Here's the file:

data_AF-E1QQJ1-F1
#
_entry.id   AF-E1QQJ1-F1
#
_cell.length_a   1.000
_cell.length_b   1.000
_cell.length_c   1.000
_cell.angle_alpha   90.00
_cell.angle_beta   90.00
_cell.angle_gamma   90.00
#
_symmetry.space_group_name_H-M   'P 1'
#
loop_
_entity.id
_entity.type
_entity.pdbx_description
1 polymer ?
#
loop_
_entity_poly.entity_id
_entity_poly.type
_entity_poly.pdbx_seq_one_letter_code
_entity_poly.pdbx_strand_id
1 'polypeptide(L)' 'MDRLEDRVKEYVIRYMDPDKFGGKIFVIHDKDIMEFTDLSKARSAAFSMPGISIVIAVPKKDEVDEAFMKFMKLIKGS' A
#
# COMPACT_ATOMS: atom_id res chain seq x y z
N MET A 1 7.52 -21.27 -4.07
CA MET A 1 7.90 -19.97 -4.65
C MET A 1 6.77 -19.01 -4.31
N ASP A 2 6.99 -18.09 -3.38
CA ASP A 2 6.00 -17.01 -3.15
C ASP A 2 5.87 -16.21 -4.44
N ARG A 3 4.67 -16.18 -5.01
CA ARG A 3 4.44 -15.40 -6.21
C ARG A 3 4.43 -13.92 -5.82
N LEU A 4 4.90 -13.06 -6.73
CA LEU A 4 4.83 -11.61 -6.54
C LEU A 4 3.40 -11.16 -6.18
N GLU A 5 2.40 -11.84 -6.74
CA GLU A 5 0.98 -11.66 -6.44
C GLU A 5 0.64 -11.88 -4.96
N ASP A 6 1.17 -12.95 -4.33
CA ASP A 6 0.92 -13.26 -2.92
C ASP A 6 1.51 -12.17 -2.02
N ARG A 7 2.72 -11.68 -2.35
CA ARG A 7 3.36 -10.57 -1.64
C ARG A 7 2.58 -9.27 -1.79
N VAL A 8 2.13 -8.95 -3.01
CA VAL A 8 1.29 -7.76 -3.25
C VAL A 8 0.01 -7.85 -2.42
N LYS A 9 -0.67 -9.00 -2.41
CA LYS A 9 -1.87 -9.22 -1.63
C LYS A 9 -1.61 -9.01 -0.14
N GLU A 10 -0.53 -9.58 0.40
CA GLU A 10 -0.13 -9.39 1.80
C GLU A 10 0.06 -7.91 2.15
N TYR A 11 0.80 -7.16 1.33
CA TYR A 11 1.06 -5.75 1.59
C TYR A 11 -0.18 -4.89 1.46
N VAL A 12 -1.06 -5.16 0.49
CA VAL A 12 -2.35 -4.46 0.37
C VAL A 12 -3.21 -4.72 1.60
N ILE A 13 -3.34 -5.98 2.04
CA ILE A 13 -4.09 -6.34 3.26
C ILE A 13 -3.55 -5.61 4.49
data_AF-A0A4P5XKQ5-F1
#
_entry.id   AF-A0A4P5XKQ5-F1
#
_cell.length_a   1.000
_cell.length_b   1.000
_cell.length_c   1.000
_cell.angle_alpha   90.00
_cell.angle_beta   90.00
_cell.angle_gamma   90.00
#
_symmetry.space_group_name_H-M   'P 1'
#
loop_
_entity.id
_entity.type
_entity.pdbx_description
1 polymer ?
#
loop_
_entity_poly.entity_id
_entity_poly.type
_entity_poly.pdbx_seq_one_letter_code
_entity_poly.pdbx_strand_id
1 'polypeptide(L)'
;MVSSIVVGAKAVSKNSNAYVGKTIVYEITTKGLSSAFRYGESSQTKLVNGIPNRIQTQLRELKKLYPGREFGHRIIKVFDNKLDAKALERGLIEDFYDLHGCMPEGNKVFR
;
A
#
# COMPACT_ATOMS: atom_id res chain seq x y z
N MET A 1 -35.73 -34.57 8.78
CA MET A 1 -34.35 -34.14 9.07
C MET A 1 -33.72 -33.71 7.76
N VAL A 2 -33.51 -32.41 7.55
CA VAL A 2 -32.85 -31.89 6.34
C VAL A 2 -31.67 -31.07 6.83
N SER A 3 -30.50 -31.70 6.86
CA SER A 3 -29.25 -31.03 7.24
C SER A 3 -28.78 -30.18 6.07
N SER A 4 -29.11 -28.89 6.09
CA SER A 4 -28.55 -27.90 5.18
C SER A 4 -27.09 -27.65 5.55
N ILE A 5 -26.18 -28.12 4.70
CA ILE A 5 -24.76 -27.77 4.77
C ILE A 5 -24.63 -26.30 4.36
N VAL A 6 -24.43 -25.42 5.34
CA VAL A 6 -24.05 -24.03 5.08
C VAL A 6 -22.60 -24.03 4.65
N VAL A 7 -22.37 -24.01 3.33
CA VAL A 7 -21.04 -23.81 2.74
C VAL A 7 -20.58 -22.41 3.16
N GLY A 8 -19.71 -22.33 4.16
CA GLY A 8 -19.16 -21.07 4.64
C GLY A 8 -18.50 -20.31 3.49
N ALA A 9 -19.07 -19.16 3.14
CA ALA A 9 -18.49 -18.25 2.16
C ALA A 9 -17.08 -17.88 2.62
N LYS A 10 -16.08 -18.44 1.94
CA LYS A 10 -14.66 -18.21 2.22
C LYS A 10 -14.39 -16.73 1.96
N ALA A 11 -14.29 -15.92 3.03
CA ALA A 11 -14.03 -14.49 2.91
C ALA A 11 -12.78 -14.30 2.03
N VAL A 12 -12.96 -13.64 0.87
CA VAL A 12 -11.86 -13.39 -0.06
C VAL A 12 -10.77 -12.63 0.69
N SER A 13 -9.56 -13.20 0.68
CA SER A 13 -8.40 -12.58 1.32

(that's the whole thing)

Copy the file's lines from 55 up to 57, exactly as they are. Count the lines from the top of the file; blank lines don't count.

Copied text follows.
N GLU A 10 -0.53 -9.58 0.40
CA GLU A 10 -0.13 -9.39 1.80
C GLU A 10 0.06 -7.91 2.15